So, as horrendous as the rapes were, it was good for India to have that wake-up call?
Absolutely. India has had a female prime minister and female chief ministers of some of the largest states, and thanks to quotas 40 percent of our 1.5 million village and district councilors are women. But there’s been a conspiracy of silence around crimes against women. A big part of the problem is poverty; poorer women and women in rural areas are more vulnerable. Women are even trafficked.
From negative to positive, from widows to women in general: Which developing country is the best country in which to be a woman today?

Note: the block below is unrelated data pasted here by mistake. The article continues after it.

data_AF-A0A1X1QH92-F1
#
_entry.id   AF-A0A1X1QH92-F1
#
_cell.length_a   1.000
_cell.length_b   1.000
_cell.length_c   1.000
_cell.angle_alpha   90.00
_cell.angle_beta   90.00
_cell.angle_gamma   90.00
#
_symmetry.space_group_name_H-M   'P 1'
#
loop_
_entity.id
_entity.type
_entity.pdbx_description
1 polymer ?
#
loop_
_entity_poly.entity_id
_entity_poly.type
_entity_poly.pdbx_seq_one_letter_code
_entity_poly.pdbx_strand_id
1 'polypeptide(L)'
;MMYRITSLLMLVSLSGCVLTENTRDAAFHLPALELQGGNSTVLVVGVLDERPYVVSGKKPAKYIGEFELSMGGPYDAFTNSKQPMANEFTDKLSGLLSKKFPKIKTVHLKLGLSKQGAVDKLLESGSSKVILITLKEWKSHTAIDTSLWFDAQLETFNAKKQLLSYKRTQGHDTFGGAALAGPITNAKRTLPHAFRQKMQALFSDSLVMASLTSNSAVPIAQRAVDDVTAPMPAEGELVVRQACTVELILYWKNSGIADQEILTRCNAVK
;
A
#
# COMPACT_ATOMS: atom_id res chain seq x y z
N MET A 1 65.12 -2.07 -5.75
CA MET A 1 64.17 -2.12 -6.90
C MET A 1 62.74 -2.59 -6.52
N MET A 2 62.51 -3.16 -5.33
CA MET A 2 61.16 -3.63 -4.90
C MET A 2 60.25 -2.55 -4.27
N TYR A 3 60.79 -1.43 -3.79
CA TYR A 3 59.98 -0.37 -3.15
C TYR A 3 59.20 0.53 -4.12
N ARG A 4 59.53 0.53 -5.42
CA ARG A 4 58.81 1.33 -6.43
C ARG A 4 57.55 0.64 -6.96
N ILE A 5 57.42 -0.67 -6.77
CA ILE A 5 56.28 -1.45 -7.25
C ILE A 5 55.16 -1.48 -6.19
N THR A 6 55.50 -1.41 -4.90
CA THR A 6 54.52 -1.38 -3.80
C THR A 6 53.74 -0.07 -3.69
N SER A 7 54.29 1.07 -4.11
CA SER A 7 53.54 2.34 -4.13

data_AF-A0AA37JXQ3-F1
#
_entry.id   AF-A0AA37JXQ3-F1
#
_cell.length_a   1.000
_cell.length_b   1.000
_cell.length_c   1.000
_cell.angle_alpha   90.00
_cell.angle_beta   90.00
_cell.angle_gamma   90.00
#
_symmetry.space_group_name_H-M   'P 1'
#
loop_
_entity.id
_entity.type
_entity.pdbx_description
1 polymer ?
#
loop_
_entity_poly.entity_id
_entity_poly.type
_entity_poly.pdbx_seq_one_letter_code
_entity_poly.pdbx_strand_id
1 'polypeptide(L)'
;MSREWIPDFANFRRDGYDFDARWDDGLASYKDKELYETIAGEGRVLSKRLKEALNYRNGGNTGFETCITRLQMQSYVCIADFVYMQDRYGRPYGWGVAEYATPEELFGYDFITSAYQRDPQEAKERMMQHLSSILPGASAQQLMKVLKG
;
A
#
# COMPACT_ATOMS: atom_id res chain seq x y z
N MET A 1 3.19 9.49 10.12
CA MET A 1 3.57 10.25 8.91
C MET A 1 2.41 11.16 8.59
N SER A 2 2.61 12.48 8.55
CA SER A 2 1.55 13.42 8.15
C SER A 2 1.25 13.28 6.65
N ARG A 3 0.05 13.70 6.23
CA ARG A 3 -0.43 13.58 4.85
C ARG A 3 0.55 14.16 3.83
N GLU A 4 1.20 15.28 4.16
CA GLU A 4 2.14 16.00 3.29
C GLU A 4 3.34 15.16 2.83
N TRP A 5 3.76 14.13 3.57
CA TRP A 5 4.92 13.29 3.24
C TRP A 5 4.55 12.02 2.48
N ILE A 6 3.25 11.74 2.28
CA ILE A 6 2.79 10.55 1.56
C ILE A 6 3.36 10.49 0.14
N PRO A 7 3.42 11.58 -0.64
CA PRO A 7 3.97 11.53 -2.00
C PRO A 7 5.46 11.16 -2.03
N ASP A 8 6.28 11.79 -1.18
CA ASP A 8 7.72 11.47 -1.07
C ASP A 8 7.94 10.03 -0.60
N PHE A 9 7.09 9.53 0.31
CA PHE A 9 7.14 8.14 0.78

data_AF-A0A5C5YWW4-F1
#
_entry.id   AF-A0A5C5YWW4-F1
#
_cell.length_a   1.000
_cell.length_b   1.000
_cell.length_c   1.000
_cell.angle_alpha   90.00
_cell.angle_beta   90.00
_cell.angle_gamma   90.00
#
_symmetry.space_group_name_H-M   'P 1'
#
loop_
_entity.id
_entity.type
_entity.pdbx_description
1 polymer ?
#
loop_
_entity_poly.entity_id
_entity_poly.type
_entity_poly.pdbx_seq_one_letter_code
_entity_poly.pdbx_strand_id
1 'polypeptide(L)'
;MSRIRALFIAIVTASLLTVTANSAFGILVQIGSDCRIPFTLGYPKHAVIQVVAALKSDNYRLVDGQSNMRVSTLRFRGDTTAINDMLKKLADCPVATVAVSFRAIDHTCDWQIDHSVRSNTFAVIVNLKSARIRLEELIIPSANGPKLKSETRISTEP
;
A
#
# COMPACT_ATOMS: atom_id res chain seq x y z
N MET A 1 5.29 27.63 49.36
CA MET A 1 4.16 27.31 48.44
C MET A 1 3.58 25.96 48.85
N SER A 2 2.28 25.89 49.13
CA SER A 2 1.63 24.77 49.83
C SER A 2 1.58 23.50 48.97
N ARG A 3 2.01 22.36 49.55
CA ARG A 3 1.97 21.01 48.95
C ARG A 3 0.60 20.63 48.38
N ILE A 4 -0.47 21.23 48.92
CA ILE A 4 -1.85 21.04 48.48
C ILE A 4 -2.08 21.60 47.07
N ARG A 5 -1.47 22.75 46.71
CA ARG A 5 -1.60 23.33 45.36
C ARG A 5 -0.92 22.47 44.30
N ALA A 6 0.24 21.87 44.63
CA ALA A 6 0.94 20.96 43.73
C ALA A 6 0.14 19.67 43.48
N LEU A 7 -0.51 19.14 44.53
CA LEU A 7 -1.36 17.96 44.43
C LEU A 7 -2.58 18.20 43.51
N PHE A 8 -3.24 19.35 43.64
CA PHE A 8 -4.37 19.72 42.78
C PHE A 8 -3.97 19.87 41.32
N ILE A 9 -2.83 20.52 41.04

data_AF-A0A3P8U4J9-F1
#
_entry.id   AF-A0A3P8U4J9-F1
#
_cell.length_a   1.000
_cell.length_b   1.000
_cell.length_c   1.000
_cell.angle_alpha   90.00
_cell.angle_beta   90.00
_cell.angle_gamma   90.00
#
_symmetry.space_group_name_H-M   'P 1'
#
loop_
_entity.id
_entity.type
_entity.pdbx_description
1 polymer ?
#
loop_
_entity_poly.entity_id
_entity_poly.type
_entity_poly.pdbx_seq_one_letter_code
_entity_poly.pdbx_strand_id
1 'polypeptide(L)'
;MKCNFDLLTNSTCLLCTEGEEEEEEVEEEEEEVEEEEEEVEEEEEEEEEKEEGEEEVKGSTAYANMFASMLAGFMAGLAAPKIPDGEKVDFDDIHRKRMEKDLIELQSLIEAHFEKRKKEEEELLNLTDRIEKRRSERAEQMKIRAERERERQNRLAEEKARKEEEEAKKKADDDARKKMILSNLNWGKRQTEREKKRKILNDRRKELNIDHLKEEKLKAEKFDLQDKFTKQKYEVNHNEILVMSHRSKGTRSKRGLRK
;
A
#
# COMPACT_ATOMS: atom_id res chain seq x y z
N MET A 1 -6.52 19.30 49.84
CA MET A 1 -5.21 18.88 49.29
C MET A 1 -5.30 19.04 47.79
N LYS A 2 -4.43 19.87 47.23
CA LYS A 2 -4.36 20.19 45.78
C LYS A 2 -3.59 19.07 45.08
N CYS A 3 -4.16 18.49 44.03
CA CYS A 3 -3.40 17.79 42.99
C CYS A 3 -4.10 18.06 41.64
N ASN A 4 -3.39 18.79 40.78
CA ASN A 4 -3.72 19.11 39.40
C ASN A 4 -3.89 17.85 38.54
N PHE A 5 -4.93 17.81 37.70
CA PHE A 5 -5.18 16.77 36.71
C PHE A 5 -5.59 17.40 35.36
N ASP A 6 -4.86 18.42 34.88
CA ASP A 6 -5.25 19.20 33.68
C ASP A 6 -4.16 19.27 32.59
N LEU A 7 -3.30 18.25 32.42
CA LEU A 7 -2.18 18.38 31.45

We’re not in the business of grading countries, but the important thing to know is that awareness in developing countries about gender equality has never been higher. It’s no longer a soft issue of human rights but an issue that matters for economic growth. That’s a great leap. Countries are realizing that when you invest in women, you invest in communities and entire nations. Women are the highest-return investment you can have. That’s why they shouldn’t just get microcredit but proper bank loans. But every change begins with awakening and accountability, and many countries are now very advanced in this area, for example Brazil, India, South Africa.